A cross post from the Long Distance Rider list
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Thread: A cross post from the Long Distance Rider list

  1. #1
    Poser Emeritus Array bill's Avatar
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    Aug 2003
    Lower Mainland

    A cross post from the Long Distance Rider list

    This post caught my eye last week on the LD Rider list and I thought it was an approriate thread to cross post to here.

    It was written by David Vaughn and is posted here with his permission.

    Brett mentioned "considerate motorcyclists" in a
    recent post on the handlebar law. That combined with a
    couple thoughts that had been rattling in my head
    since the Yamahaulin' article fiasco. Maybe this
    should have been a letter to the editor, but I'm
    sending it here...

    Perhaps more than many of us would like to admit,
    public perception of motorcycling has been shaped by
    images of James Dean and Marlon Brando, rebels with or
    without causes. No one, at least in America, needs to
    ride a motorcycle. If we do so, even if we go so far
    as to own no car and ride to work in all kinds of
    weather, we do it for reasons that cannot be described
    in terms of the purely practical. We are being
    deliberately different, and that is the heart of
    rebellion. Riding a bike, even a scooter, is
    seditious, no matter how well-behaved or socially
    conscious we might otherwise be. For all the work of
    Honda’s “nicest people” and HOG charity rides, we all
    know that the stares we get when we walk into a
    restaurant carrying a helmet, be they stares of
    contempt, admiration, or curiosity, are tacit
    acknowledgment that we are different, and whatever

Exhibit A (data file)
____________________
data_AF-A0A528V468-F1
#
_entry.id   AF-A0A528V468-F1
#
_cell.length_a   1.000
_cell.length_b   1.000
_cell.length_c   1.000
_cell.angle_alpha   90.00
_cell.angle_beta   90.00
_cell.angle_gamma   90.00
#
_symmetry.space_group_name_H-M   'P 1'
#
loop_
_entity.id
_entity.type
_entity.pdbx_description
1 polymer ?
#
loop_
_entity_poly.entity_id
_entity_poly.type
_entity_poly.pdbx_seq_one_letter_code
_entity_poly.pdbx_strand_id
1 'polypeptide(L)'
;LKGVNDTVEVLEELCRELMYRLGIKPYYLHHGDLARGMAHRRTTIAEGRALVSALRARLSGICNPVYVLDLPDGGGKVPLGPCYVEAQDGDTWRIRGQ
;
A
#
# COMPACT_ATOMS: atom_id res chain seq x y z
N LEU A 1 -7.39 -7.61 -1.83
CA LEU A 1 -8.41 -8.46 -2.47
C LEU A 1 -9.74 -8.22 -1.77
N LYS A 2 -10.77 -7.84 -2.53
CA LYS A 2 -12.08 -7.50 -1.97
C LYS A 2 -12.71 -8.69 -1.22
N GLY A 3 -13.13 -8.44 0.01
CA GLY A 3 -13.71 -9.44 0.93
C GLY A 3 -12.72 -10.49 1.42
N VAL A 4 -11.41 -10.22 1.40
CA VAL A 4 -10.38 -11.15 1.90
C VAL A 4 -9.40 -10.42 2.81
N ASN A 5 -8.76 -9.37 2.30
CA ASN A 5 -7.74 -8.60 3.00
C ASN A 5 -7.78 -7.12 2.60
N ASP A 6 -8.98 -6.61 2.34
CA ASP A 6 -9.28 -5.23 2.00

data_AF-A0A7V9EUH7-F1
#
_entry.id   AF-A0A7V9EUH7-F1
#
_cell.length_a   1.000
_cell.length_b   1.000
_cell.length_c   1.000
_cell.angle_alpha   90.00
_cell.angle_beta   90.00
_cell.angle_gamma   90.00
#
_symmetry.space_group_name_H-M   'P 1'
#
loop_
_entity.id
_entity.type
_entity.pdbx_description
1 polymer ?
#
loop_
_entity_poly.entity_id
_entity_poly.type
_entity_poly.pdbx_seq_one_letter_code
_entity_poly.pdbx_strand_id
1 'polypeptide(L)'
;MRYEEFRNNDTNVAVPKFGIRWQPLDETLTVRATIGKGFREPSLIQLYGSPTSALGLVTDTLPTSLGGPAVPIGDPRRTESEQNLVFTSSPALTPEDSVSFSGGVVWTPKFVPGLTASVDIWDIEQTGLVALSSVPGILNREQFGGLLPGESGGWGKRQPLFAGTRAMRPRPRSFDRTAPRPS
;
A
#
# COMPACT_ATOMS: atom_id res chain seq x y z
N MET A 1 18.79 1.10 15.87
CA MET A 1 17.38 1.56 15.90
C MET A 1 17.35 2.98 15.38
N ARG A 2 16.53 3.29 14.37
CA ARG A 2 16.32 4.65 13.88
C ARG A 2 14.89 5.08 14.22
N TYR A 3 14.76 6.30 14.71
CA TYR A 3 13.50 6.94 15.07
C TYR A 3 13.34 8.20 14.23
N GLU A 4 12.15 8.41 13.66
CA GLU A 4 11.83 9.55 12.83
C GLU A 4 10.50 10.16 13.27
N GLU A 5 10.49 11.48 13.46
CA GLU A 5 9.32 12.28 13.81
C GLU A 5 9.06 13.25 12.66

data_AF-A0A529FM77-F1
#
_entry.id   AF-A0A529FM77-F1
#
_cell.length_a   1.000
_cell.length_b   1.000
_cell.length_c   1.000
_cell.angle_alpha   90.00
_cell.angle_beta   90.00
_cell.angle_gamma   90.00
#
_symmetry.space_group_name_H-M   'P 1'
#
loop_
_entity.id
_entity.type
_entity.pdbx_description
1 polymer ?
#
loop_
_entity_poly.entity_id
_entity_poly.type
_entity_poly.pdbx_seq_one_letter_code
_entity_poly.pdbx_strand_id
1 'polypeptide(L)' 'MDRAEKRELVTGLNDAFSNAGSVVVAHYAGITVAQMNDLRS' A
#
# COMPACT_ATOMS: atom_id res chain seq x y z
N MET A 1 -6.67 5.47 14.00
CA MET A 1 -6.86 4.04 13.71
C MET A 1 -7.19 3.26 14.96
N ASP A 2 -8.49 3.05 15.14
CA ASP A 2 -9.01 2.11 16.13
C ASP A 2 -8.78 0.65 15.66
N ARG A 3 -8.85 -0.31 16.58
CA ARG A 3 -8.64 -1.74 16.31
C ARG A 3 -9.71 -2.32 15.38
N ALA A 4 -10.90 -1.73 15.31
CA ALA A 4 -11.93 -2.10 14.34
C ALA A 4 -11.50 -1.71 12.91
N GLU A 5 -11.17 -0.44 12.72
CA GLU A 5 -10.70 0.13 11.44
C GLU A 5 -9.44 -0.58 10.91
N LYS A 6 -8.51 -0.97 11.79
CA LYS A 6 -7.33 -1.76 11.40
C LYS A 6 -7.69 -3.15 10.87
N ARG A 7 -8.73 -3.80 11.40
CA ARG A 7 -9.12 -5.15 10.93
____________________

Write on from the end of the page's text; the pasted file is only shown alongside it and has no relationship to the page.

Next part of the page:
popularity biker culture has in the media is the
    popularity of the rebel. People watch American
    Chopper because they like the idea of big guys on big
    bikes making noise on Main Street. They watch Torque
    for the vicarious thrill of flaunting the laws of
    physics and the laws of the road. And even riders (or
    those who dream to be) show their preference for the
    rebel when they buy Motorcyclist magazine, written by
    aging squids who think sport touring means a tankbag
    on last year’s runner-up in the 600 cc shootout.

    So what is a conscientious rider to do? None of us
    really want to be politically correct, to pander to
    those who dictate what is officially offensive and
    what is socially acceptable. Yet a goodly portion of
    the work of the AMA and even the fringe-of-the-fringe
    Iron Butt Association is public relations, convincing
    the large, non-riding public that we are sane, decent
    people. On the one hand, we ride quiet bikes, wear
    ludicrous amount of protective gear, and affix words
    like “safety” and “planning” in the slogans of our
    clubs and events. And then we buy machines that can
    out-accelerate any car on the road, wire them for
    radar detectors and grin ear-to-ear when we crack the
    throttle, letting the wash of wind and speed flow
    through us like a drug. And like addicts, we
    rationalize our choice of fun and claim any bad
    consequences are either imaginary or will never happen
    to us, anyway.

    My riding style has been called bi-polar, and I do
    feel a little schizophrenic out there. I consider
    myself an ambassador to the world, demonstrating that
    riding is a good, safe and wholesome source of fun.
    And yet, I know a small blip of the throttle will pull
    my front wheel from the road, and a larger pull will
    erase the space in front of me, reducing the ponderous
    cages around me to specs in my mirrors, and I revel in
    that knowledge. Sometimes the smile in my helmet is
    not there for the smell of the flowers, or the cool
    air under the trees. It’s the cocky grin of the
    rebel, making his mark in rubber on asphalt.

    Maybe it doesn’t matter. Maybe any one of us is an
    insignificant number, and even the 15,000 member Iron
    Butt Association is but the tail end of a long bell
    curve of riders that still only makes up 2% of the
    population. But then again, when we are faced with
    land or road use issues, or health insurance
    discrimination, or legislation on helmets, pipes,
    handlebars or whatever else, we must face the rebel
    who is our public image. On Monday we lobby for